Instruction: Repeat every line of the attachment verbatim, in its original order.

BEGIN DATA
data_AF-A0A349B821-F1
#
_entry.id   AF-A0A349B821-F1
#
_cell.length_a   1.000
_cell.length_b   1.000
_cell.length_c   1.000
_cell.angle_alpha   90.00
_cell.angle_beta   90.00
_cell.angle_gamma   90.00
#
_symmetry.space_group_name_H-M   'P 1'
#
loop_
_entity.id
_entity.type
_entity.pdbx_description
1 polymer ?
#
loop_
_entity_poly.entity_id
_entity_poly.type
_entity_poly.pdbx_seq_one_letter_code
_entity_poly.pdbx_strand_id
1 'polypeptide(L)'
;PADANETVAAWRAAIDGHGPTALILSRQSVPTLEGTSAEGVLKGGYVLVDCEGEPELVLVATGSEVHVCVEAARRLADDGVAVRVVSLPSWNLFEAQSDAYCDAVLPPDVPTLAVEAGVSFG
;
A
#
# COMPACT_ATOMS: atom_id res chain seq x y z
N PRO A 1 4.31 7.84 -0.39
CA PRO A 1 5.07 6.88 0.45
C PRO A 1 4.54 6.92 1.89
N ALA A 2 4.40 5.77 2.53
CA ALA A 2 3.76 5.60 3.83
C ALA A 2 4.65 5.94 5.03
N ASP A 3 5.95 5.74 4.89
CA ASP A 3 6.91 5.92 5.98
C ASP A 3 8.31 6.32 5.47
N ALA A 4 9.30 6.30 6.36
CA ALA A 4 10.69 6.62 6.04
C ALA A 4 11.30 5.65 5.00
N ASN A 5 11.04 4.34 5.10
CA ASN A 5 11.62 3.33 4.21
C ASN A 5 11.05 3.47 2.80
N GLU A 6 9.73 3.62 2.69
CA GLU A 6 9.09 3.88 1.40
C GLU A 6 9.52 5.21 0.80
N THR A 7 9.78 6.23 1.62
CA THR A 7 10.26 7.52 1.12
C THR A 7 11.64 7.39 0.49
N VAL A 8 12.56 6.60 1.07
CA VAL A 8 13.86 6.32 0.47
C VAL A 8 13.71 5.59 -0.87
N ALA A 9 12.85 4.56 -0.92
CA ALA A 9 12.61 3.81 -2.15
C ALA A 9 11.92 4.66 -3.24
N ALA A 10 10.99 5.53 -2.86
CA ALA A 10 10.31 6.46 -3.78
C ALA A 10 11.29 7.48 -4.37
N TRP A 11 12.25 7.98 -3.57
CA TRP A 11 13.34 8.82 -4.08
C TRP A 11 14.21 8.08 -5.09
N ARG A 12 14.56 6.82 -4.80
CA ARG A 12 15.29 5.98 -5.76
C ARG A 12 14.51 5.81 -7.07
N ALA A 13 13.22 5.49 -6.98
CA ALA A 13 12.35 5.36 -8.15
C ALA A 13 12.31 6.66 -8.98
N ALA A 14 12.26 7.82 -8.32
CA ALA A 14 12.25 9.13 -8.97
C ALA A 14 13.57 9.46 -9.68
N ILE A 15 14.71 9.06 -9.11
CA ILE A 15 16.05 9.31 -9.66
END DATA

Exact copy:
data_AF-A0A349B821-F1
#
_entry.id   AF-A0A349B821-F1
#
_cell.length_a   1.000
_cell.length_b   1.000
_cell.length_c   1.000
_cell.angle_alpha   90.00
_cell.angle_beta   90.00
_cell.angle_gamma   90.00
#
_symmetry.space_group_name_H-M   'P 1'
#
loop_
_entity.id
_entity.type
_entity.pdbx_description
1 polymer ?
#
loop_
_entity_poly.entity_id
_entity_poly.type
_entity_poly.pdbx_seq_one_letter_code
_entity_poly.pdbx_strand_id
1 'polypeptide(L)'
;PADANETVAAWRAAIDGHGPTALILSRQSVPTLEGTSAEGVLKGGYVLVDCEGEPELVLVATGSEVHVCVEAARRLADDGVAVRVVSLPSWNLFEAQSDAYCDAVLPPDVPTLAVEAGVSFG
;
A
#
# COMPACT_ATOMS: atom_id res chain seq x y z
N PRO A 1 4.31 7.84 -0.39
CA PRO A 1 5.07 6.88 0.45
C PRO A 1 4.54 6.92 1.89
N ALA A 2 4.40 5.77 2.53
CA ALA A 2 3.76 5.60 3.83
C ALA A 2 4.65 5.94 5.03
N ASP A 3 5.95 5.74 4.89
CA ASP A 3 6.91 5.92 5.98
C ASP A 3 8.31 6.32 5.47
N ALA A 4 9.30 6.30 6.36
CA ALA A 4 10.69 6.62 6.04
C ALA A 4 11.30 5.65 5.00
N ASN A 5 11.04 4.34 5.10
CA ASN A 5 11.62 3.33 4.21
C ASN A 5 11.05 3.47 2.80
N GLU A 6 9.73 3.62 2.69
CA GLU A 6 9.09 3.88 1.40
C GLU A 6 9.52 5.21 0.80
N THR A 7 9.78 6.23 1.62
CA THR A 7 10.26 7.52 1.12
C THR A 7 11.64 7.39 0.49
N VAL A 8 12.56 6.60 1.07
CA VAL A 8 13.86 6.32 0.47
C VAL A 8 13.71 5.59 -0.87
N ALA A 9 12.85 4.56 -0.92
CA ALA A 9 12.61 3.81 -2.15
C ALA A 9 11.92 4.66 -3.24
N ALA A 10 10.99 5.53 -2.86
CA ALA A 10 10.31 6.46 -3.78
C ALA A 10 11.29 7.48 -4.37
N TRP A 11 12.25 7.98 -3.57
CA TRP A 11 13.34 8.82 -4.08
C TRP A 11 14.21 8.08 -5.09
N ARG A 12 14.56 6.82 -4.80
CA ARG A 12 15.29 5.98 -5.76
C ARG A 12 14.51 5.81 -7.07
N ALA A 13 13.22 5.49 -6.98
CA ALA A 13 12.35 5.36 -8.15
C ALA A 13 12.31 6.66 -8.98
N ALA A 14 12.26 7.82 -8.32
CA ALA A 14 12.25 9.13 -8.97
C ALA A 14 13.57 9.46 -9.68
N ILE A 15 14.71 9.06 -9.11
CA ILE A 15 16.05 9.31 -9.66